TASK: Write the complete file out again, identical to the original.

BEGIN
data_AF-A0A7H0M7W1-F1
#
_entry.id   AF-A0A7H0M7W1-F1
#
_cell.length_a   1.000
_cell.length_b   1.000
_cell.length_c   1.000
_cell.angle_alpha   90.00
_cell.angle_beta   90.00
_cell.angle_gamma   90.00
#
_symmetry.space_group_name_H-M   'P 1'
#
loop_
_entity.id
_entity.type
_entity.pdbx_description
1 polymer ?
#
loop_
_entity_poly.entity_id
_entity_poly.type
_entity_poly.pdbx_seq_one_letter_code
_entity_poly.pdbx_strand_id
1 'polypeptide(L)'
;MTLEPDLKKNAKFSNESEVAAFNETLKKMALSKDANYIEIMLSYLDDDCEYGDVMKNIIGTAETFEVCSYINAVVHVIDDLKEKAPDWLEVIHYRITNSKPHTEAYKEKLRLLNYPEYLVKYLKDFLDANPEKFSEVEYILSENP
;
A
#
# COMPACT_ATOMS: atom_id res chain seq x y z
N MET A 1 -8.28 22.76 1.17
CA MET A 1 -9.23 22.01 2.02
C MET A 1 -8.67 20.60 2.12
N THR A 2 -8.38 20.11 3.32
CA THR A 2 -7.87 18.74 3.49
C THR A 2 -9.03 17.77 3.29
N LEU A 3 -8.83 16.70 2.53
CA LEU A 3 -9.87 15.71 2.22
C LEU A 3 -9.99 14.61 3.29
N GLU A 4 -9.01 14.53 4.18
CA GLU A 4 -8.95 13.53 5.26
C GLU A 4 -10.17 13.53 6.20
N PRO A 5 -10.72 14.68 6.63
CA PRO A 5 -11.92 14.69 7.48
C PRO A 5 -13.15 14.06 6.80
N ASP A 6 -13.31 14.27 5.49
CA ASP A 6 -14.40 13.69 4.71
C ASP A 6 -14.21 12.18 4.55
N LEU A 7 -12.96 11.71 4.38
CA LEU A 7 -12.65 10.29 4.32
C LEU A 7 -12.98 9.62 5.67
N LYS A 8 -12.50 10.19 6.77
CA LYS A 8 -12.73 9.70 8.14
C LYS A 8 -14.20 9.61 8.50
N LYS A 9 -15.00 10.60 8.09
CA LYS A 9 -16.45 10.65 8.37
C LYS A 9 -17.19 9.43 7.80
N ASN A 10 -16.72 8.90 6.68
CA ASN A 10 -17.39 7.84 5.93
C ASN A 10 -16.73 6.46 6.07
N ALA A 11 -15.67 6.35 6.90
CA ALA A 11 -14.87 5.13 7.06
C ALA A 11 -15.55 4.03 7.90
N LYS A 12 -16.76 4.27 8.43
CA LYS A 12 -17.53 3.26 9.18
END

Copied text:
data_AF-A0A7H0M7W1-F1
#
_entry.id   AF-A0A7H0M7W1-F1
#
_cell.length_a   1.000
_cell.length_b   1.000
_cell.length_c   1.000
_cell.angle_alpha   90.00
_cell.angle_beta   90.00
_cell.angle_gamma   90.00
#
_symmetry.space_group_name_H-M   'P 1'
#
loop_
_entity.id
_entity.type
_entity.pdbx_description
1 polymer ?
#
loop_
_entity_poly.entity_id
_entity_poly.type
_entity_poly.pdbx_seq_one_letter_code
_entity_poly.pdbx_strand_id
1 'polypeptide(L)'
;MTLEPDLKKNAKFSNESEVAAFNETLKKMALSKDANYIEIMLSYLDDDCEYGDVMKNIIGTAETFEVCSYINAVVHVIDDLKEKAPDWLEVIHYRITNSKPHTEAYKEKLRLLNYPEYLVKYLKDFLDANPEKFSEVEYILSENP
;
A
#
# COMPACT_ATOMS: atom_id res chain seq x y z
N MET A 1 -8.28 22.76 1.17
CA MET A 1 -9.23 22.01 2.02
C MET A 1 -8.67 20.60 2.12
N THR A 2 -8.38 20.11 3.32
CA THR A 2 -7.87 18.74 3.49
C THR A 2 -9.03 17.77 3.29
N LEU A 3 -8.83 16.70 2.53
CA LEU A 3 -9.87 15.71 2.22
C LEU A 3 -9.99 14.61 3.29
N GLU A 4 -9.01 14.53 4.18
CA GLU A 4 -8.95 13.53 5.26
C GLU A 4 -10.17 13.53 6.20
N PRO A 5 -10.72 14.68 6.63
CA PRO A 5 -11.92 14.69 7.48
C PRO A 5 -13.15 14.06 6.80
N ASP A 6 -13.31 14.27 5.49
CA ASP A 6 -14.40 13.69 4.71
C ASP A 6 -14.21 12.18 4.55
N LEU A 7 -12.96 11.71 4.38
CA LEU A 7 -12.65 10.29 4.32
C LEU A 7 -12.98 9.62 5.67
N LYS A 8 -12.50 10.19 6.77
CA LYS A 8 -12.73 9.70 8.14
C LYS A 8 -14.20 9.61 8.50
N LYS A 9 -15.00 10.60 8.09
CA LYS A 9 -16.45 10.65 8.37
C LYS A 9 -17.19 9.43 7.80
N ASN A 10 -16.72 8.90 6.68
CA ASN A 10 -17.39 7.84 5.93
C ASN A 10 -16.73 6.46 6.07
N ALA A 11 -15.67 6.35 6.90
CA ALA A 11 -14.87 5.13 7.06
C ALA A 11 -15.55 4.03 7.90
N LYS A 12 -16.76 4.27 8.43
CA LYS A 12 -17.53 3.26 9.18